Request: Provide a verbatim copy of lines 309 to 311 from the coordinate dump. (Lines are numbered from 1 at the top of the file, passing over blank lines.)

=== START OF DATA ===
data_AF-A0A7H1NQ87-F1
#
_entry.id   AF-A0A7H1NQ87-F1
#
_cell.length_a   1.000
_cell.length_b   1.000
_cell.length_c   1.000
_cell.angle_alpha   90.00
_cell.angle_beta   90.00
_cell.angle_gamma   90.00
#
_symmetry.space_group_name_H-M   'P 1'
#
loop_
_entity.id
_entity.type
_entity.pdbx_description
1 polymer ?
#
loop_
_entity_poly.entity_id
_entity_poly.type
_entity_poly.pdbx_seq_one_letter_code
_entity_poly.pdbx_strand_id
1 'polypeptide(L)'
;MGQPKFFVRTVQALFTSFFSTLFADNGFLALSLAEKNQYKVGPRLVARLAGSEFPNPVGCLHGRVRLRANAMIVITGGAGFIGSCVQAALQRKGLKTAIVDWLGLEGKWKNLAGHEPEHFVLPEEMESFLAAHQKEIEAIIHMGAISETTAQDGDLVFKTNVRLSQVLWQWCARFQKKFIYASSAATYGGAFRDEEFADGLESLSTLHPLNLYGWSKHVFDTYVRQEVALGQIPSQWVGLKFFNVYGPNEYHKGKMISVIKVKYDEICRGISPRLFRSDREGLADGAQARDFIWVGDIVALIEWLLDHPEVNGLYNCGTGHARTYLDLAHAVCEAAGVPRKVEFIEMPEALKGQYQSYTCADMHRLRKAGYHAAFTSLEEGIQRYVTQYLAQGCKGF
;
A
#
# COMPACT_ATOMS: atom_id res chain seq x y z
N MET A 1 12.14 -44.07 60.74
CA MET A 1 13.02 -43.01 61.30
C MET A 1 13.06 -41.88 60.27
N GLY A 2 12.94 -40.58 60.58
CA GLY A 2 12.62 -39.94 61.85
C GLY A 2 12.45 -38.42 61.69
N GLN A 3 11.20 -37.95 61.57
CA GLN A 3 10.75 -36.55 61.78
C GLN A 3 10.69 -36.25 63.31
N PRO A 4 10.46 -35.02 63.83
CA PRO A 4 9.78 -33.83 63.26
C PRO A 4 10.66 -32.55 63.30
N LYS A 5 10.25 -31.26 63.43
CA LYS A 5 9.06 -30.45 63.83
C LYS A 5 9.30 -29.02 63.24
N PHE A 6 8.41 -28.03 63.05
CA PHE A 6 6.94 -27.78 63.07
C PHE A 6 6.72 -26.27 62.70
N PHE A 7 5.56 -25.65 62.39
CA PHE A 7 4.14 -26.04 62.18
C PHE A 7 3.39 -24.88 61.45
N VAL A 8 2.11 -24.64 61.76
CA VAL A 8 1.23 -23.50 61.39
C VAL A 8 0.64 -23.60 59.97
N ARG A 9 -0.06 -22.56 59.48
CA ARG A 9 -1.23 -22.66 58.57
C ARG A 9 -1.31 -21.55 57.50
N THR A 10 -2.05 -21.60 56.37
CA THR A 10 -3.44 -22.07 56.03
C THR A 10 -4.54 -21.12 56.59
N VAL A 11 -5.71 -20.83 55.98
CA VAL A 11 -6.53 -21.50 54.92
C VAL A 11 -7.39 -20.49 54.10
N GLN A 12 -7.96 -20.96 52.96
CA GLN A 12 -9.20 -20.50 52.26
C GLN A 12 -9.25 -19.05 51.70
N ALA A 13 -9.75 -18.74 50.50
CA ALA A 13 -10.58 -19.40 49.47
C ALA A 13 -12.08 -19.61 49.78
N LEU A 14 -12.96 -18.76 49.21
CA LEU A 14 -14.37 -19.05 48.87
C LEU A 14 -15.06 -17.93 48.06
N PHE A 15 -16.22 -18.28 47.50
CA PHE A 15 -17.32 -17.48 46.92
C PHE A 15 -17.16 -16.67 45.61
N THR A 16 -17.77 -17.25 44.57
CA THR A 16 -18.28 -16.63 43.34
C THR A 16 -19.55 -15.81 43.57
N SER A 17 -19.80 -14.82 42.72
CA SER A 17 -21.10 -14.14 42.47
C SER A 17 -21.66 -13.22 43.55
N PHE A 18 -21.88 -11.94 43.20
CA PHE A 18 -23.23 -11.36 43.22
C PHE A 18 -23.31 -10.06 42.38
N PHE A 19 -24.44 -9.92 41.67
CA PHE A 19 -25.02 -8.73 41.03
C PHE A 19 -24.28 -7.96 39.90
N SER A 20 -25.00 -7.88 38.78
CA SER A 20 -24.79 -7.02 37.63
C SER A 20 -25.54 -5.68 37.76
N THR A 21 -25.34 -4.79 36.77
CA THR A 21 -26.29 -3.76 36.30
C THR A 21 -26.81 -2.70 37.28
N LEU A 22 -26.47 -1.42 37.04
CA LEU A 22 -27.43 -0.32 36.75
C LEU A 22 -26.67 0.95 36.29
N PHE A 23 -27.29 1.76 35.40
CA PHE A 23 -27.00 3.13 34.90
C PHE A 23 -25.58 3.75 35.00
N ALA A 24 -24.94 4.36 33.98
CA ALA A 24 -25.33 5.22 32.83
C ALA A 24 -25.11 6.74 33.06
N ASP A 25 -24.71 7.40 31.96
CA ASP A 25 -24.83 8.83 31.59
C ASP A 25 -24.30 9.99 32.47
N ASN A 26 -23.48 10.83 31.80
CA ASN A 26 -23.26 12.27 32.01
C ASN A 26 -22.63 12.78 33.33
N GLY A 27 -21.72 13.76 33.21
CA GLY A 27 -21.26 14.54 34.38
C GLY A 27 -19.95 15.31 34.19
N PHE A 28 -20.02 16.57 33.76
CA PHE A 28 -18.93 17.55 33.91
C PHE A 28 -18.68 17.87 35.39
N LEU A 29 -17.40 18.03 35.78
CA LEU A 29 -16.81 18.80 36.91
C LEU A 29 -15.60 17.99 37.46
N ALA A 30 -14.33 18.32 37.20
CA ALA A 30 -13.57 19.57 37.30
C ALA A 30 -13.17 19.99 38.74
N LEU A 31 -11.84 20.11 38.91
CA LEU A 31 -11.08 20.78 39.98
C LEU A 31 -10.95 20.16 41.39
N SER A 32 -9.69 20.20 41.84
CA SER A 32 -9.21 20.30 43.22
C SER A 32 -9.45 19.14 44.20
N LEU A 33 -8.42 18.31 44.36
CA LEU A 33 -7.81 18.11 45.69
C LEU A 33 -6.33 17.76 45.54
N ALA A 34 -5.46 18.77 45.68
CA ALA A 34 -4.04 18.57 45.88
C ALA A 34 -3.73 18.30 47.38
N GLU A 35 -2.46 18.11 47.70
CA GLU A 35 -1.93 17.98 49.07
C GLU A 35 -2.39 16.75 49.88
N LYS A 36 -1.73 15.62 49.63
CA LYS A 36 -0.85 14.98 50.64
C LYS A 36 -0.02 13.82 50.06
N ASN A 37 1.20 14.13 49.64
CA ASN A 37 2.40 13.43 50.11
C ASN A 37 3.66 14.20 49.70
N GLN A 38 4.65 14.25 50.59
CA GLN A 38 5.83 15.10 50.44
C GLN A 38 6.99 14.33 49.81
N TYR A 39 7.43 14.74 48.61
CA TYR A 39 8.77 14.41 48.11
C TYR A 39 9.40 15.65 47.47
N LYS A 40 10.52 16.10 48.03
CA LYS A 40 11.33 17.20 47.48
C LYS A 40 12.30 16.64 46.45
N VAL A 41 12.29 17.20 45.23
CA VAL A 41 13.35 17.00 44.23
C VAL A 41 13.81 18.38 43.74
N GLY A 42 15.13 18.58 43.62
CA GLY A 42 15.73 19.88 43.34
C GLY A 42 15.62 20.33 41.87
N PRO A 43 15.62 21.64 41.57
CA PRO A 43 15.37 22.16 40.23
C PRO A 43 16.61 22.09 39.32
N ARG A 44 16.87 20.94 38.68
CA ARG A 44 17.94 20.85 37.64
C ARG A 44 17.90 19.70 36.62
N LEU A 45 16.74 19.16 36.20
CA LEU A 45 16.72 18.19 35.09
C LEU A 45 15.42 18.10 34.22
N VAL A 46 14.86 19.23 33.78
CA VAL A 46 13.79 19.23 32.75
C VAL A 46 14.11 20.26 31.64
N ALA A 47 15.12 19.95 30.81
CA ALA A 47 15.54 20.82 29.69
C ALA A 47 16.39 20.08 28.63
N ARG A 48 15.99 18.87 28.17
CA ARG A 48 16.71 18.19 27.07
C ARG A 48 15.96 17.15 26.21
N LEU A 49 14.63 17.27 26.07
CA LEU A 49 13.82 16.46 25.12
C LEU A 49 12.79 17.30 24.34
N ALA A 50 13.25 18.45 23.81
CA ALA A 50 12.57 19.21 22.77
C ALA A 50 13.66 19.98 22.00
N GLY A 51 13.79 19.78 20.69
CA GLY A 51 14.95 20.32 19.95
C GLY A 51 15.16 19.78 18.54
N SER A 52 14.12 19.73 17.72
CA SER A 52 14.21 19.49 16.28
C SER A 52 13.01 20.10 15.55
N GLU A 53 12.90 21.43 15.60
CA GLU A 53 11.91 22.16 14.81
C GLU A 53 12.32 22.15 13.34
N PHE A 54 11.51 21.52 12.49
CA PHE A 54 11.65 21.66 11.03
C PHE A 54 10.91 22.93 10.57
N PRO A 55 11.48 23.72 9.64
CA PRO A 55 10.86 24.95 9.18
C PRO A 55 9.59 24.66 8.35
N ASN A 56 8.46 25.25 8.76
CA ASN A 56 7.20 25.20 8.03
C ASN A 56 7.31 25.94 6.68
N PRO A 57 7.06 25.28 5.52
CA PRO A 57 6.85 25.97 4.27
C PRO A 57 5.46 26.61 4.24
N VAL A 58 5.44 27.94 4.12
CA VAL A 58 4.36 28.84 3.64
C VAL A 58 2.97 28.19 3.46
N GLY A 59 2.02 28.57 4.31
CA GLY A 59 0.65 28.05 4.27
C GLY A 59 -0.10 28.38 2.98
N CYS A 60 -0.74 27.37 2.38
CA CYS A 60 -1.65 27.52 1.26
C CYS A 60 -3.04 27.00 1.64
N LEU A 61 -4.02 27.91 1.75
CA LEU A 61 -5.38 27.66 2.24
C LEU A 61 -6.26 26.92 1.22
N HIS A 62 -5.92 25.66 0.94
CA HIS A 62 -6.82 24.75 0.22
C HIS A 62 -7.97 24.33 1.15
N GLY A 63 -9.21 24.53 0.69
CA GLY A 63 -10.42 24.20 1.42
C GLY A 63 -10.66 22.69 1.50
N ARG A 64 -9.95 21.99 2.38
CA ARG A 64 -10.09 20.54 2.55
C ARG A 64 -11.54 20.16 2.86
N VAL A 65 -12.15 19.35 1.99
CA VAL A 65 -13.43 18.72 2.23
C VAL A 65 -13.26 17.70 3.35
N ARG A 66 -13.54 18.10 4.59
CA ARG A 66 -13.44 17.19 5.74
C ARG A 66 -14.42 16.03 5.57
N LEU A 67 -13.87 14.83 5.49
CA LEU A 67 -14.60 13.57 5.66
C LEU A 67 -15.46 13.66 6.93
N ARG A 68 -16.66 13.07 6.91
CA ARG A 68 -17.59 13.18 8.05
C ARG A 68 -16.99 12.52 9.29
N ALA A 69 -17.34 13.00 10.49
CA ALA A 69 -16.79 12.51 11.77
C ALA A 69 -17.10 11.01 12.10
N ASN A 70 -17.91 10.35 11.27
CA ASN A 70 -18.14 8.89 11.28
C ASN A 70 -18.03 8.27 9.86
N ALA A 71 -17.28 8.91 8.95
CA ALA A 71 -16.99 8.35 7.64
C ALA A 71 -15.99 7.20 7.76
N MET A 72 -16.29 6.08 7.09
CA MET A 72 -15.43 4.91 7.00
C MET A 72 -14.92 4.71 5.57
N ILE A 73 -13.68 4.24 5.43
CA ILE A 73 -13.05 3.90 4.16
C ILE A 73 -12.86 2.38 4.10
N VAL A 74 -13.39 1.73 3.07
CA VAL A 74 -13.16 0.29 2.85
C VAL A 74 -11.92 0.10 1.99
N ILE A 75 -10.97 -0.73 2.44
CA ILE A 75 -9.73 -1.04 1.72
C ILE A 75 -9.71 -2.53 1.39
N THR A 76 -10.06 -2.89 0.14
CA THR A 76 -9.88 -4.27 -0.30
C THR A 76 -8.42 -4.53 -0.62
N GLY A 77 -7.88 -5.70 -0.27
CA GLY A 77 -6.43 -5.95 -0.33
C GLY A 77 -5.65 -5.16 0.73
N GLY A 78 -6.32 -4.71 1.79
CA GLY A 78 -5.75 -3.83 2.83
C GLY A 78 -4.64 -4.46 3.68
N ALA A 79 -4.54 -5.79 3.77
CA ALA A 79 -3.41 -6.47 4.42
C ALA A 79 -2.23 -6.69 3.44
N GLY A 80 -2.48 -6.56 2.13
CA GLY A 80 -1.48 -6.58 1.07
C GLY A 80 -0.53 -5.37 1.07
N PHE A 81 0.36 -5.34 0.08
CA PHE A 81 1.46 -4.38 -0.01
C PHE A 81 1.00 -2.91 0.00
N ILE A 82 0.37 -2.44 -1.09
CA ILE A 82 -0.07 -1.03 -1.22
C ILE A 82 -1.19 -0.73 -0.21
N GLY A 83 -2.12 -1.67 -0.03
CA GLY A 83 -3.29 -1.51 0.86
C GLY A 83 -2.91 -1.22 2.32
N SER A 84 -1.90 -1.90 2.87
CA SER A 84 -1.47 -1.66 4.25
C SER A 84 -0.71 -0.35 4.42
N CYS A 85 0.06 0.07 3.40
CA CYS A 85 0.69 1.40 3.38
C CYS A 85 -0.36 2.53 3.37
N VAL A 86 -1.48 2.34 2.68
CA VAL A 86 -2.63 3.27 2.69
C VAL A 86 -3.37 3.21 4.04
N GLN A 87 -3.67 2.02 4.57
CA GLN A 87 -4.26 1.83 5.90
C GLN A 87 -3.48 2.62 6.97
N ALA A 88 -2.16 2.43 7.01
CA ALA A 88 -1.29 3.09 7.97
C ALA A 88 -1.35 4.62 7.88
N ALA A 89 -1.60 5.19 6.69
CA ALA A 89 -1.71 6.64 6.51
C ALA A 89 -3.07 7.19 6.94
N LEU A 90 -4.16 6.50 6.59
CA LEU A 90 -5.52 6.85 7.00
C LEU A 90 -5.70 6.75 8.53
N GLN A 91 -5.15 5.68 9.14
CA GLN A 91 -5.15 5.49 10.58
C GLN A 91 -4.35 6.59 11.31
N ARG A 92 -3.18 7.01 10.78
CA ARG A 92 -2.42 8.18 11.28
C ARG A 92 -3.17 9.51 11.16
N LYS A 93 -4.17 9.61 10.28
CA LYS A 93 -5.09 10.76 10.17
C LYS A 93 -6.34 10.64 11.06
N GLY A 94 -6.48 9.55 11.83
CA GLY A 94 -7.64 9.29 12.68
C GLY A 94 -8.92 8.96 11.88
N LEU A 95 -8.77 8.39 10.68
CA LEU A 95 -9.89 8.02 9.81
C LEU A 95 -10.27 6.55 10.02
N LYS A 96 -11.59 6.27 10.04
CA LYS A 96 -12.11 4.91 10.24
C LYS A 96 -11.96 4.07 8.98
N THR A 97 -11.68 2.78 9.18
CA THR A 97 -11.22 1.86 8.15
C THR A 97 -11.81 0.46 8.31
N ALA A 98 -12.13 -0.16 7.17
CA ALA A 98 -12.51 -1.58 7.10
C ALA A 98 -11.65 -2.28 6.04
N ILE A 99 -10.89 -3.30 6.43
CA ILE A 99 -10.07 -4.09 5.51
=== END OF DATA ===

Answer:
C LYS A 93 -6.34 10.64 11.06
N GLY A 94 -6.48 9.55 11.83
CA GLY A 94 -7.64 9.29 12.68